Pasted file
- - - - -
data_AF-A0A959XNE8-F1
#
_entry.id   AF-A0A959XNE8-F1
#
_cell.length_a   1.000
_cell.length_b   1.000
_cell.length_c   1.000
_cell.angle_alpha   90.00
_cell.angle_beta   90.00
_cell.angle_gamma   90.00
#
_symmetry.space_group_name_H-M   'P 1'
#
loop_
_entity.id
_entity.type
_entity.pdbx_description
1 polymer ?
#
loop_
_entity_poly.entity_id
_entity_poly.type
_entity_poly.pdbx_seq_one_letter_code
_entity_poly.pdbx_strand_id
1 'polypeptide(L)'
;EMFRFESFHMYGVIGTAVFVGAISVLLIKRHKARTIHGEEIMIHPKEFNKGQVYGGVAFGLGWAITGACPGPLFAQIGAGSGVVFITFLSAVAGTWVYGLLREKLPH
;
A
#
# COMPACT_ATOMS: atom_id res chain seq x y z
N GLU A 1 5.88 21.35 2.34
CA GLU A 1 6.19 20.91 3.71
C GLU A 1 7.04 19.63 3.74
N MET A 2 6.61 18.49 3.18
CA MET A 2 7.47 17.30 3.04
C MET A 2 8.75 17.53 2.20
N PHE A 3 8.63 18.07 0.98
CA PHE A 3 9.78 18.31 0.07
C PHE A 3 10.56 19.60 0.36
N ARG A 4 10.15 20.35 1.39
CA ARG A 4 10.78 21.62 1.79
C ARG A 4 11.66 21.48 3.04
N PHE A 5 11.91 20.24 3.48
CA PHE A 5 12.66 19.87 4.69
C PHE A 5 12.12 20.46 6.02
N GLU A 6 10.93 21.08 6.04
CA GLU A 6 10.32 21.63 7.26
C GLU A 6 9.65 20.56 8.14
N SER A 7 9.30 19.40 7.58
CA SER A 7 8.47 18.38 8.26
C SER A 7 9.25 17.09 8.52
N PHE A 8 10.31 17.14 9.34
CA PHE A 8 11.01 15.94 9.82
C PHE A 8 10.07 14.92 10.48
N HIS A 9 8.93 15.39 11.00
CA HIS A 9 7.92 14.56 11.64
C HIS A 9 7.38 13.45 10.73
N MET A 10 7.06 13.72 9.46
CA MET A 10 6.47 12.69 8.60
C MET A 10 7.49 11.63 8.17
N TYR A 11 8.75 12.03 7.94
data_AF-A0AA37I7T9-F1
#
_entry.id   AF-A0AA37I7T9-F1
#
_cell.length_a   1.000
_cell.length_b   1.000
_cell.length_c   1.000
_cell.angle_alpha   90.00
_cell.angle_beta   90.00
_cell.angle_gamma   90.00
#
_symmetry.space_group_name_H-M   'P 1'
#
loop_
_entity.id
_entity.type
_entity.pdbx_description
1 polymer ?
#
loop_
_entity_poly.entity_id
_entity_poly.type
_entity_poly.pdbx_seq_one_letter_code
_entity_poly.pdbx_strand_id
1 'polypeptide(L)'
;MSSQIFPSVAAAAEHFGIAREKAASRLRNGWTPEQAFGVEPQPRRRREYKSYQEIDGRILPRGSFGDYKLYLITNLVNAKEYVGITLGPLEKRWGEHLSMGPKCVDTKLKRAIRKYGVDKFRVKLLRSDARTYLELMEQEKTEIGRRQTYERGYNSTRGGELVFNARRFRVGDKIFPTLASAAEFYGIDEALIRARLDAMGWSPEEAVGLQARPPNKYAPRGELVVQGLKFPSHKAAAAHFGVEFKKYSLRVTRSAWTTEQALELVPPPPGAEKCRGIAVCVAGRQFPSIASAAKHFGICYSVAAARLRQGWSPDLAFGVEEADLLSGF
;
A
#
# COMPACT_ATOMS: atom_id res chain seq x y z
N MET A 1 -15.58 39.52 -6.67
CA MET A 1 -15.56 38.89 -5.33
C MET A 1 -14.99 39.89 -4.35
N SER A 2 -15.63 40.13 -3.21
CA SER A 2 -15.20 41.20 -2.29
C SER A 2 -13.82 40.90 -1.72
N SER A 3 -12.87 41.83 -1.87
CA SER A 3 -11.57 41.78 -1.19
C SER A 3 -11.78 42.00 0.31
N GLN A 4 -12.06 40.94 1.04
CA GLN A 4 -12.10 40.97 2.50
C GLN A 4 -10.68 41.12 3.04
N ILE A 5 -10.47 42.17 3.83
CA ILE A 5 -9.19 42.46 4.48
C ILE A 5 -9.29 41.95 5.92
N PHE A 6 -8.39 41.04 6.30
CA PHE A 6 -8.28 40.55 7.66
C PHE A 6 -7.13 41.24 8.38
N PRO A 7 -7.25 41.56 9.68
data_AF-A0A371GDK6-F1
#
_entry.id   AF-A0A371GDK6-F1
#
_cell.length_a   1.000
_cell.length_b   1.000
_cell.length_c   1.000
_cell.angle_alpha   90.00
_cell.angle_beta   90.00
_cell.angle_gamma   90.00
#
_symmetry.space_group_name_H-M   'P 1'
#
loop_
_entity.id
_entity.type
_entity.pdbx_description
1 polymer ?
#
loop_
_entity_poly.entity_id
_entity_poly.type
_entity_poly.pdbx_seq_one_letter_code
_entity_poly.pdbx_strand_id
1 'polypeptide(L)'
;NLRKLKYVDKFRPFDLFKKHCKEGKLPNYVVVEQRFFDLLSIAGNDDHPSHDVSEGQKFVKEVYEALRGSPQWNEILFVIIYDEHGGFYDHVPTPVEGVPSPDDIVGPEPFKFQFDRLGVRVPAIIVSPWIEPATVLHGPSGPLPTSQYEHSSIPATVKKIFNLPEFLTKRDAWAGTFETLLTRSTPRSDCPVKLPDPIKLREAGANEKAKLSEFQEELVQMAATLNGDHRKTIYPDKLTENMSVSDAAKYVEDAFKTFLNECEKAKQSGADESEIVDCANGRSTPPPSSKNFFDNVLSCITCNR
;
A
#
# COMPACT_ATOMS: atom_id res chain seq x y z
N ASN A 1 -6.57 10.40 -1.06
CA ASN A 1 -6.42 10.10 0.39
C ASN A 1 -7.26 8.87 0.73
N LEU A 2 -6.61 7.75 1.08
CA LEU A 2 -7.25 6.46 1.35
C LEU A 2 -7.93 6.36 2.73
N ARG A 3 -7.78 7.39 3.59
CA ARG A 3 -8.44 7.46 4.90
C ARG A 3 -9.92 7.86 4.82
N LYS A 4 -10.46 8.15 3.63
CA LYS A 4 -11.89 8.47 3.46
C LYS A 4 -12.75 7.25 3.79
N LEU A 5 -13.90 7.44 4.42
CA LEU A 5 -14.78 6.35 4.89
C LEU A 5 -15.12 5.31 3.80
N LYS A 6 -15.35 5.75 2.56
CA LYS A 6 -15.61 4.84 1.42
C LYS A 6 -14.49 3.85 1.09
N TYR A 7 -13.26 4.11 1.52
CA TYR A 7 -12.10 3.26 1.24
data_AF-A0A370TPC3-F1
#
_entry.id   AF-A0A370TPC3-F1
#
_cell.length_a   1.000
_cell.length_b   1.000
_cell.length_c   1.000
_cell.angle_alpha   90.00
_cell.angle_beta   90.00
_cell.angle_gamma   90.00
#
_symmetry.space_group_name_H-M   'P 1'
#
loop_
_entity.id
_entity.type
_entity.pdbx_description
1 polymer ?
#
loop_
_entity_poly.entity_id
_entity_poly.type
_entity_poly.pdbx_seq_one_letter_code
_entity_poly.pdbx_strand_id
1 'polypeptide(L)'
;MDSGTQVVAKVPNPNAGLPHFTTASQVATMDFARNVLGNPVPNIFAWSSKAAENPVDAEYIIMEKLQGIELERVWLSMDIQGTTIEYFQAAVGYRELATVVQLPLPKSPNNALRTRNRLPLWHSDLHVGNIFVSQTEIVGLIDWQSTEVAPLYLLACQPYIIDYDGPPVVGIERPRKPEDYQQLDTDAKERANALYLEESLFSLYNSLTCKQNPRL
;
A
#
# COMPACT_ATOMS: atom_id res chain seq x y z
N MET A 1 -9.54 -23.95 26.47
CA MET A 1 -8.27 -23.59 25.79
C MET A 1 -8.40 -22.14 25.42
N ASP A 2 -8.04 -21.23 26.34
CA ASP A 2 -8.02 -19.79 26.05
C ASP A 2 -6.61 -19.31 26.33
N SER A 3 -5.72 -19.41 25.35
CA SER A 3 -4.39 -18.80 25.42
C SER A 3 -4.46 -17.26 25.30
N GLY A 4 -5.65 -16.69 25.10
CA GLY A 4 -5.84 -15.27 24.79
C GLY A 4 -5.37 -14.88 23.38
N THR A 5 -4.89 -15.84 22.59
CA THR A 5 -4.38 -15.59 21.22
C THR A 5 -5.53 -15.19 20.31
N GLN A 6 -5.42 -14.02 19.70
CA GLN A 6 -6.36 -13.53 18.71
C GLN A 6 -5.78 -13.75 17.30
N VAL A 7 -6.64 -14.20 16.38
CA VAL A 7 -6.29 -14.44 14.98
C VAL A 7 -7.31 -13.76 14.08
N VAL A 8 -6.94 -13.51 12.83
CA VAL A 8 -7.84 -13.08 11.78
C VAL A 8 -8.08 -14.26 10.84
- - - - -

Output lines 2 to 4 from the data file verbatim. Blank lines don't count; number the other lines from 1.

#
_entry.id   AF-A0A959XNE8-F1
#